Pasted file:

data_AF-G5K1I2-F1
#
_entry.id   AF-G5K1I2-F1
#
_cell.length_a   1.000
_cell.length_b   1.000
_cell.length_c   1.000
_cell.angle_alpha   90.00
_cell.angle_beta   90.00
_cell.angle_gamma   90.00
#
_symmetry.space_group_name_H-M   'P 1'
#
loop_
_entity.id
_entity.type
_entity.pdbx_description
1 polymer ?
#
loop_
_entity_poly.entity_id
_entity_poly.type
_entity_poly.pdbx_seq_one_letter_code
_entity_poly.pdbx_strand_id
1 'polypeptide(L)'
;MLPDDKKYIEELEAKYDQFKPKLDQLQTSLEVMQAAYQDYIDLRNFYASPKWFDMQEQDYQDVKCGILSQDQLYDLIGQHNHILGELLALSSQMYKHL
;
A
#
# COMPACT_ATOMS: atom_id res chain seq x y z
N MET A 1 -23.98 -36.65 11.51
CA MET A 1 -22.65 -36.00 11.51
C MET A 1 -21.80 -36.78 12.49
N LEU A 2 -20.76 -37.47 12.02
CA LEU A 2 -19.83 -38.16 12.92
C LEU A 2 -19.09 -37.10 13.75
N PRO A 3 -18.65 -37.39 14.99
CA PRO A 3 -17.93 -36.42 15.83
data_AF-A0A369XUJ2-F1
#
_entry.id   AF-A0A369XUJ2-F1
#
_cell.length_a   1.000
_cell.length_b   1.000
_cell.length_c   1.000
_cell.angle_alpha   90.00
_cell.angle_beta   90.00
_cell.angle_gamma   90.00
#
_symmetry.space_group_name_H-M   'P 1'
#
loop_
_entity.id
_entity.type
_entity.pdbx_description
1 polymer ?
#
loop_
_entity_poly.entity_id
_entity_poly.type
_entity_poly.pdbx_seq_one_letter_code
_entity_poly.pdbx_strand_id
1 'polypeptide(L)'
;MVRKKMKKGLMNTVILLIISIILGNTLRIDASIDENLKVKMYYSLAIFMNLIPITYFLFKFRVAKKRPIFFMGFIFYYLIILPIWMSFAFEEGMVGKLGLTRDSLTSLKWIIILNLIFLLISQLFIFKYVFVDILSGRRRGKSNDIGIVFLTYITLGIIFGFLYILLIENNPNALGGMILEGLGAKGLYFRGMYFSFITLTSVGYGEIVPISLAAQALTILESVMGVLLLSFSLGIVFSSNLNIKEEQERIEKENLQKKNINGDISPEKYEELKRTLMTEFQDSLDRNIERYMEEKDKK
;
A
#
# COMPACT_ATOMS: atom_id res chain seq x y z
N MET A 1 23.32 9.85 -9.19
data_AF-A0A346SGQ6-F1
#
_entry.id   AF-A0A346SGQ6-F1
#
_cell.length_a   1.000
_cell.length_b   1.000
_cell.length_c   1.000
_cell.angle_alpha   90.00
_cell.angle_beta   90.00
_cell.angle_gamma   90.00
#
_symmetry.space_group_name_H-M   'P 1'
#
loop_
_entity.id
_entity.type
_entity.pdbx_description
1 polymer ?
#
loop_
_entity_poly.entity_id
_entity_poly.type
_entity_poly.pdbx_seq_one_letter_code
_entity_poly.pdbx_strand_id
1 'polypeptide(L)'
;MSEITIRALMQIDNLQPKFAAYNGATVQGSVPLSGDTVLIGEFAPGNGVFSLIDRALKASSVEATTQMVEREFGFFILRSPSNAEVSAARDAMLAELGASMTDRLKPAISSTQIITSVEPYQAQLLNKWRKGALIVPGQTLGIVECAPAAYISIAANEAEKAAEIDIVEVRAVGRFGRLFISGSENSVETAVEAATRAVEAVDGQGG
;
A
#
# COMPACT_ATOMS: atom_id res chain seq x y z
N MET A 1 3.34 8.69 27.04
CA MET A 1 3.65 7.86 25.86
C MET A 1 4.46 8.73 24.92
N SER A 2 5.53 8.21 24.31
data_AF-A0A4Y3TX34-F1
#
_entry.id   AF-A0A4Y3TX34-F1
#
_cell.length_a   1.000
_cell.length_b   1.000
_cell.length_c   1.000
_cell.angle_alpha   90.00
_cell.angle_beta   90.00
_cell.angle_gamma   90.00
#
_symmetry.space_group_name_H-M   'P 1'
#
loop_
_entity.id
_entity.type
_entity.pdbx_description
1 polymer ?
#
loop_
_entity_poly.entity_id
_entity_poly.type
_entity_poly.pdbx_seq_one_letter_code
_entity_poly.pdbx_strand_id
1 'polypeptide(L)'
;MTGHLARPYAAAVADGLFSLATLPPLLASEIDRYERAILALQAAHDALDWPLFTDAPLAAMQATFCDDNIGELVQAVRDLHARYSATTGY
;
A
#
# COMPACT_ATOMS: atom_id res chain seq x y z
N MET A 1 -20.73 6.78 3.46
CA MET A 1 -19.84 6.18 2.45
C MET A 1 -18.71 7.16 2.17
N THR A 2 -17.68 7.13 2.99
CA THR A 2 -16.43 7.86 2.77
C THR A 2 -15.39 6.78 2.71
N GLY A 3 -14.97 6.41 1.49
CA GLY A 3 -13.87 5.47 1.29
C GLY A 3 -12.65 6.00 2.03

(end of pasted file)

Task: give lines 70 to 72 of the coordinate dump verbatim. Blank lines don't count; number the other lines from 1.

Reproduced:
data_AF-A0A346SGQ6-F1
#
_entry.id   AF-A0A346SGQ6-F1